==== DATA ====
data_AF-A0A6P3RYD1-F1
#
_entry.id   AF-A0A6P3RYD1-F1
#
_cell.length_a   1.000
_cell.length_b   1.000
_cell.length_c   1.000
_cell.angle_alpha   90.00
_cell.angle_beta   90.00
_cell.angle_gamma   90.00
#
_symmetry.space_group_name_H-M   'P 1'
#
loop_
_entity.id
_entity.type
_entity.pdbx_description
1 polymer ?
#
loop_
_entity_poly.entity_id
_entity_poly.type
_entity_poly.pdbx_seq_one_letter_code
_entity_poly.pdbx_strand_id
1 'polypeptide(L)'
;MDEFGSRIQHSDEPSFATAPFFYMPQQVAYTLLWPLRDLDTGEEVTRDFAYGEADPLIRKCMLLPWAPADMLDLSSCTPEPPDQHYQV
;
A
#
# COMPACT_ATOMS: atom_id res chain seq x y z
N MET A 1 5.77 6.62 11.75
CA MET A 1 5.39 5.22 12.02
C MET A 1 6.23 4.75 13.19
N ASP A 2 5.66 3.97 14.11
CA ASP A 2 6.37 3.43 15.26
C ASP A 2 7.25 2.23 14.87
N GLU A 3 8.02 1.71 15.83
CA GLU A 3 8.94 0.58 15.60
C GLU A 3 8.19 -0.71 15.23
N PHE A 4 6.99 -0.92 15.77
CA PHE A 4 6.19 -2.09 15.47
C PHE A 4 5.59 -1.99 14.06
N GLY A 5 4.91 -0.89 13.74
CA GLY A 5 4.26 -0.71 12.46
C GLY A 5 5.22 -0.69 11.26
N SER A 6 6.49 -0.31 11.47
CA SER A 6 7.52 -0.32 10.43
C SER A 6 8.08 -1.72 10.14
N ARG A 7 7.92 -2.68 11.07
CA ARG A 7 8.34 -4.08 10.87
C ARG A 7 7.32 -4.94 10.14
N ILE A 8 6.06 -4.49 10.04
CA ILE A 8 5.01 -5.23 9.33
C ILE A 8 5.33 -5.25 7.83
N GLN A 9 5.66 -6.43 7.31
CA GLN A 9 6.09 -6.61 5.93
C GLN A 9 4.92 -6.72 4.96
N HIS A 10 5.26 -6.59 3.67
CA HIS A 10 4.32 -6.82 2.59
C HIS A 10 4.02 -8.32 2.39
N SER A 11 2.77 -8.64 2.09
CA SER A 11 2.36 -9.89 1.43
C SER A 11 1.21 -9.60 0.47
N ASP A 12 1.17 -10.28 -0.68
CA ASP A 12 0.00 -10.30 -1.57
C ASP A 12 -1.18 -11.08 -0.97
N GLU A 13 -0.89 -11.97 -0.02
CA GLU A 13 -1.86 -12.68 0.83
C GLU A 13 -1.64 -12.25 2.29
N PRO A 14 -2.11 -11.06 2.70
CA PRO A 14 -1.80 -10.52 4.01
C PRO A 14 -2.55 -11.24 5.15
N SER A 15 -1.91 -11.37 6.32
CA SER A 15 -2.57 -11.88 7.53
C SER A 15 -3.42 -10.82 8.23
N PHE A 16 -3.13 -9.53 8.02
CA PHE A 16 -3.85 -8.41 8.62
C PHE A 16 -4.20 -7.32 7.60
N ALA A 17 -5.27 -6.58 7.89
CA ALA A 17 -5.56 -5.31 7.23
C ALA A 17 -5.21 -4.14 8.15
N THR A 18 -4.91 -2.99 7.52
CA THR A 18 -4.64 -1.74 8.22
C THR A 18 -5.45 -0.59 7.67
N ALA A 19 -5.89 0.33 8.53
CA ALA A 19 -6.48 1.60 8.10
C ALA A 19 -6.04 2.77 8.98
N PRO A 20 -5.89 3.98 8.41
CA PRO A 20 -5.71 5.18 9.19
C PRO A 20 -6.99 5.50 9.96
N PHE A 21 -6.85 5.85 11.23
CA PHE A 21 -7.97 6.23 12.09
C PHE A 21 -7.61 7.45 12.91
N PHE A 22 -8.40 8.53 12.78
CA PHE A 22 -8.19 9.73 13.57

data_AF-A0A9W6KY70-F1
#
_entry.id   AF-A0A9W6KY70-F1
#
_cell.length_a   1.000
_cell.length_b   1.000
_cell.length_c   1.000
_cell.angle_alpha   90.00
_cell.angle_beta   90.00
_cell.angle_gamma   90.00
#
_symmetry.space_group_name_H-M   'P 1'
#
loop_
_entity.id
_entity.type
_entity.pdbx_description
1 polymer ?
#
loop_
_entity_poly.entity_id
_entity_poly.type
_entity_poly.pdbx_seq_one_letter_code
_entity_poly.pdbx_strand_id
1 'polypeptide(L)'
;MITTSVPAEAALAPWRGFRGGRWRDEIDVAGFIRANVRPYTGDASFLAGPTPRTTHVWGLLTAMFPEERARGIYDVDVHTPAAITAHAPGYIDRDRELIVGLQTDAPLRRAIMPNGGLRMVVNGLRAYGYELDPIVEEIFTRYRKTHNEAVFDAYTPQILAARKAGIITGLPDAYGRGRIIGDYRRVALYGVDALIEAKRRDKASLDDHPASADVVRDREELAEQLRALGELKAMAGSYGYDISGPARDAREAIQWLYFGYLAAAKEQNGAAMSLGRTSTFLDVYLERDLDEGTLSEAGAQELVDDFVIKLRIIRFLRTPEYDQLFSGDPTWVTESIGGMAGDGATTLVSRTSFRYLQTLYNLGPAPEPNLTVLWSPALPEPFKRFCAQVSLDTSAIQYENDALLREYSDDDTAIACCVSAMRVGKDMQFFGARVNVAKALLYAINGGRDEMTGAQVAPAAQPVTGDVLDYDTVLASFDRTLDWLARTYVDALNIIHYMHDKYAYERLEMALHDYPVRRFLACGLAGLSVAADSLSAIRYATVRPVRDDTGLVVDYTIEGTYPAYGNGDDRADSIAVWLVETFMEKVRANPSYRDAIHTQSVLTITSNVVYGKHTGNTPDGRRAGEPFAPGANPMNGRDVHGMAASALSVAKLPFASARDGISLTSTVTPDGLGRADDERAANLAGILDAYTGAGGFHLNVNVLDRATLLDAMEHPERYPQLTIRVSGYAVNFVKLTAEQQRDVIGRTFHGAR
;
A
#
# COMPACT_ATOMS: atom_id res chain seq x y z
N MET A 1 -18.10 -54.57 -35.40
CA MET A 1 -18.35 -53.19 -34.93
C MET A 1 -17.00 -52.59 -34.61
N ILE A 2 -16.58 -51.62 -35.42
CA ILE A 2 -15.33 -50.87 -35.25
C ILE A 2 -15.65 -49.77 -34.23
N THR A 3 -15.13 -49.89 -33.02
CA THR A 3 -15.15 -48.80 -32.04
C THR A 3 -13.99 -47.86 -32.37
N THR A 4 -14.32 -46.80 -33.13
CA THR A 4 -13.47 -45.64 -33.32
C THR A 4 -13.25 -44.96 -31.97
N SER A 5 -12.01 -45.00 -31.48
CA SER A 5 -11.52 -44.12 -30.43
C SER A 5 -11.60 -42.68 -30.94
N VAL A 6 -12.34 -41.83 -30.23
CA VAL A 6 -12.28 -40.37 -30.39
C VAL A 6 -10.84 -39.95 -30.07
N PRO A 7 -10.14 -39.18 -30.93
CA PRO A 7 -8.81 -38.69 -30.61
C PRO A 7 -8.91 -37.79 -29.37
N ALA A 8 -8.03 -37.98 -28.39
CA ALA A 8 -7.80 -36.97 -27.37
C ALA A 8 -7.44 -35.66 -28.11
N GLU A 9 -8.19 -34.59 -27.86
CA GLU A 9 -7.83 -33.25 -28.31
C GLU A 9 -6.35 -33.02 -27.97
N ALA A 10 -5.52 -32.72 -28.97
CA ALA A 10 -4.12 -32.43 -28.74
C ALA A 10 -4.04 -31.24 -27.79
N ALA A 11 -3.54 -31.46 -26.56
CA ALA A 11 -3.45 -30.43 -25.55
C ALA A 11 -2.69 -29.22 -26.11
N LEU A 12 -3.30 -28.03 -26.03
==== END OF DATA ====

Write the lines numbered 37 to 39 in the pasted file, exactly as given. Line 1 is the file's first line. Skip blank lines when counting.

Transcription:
N GLU A 3 8.02 1.71 15.83
CA GLU A 3 8.94 0.58 15.60
C GLU A 3 8.19 -0.71 15.23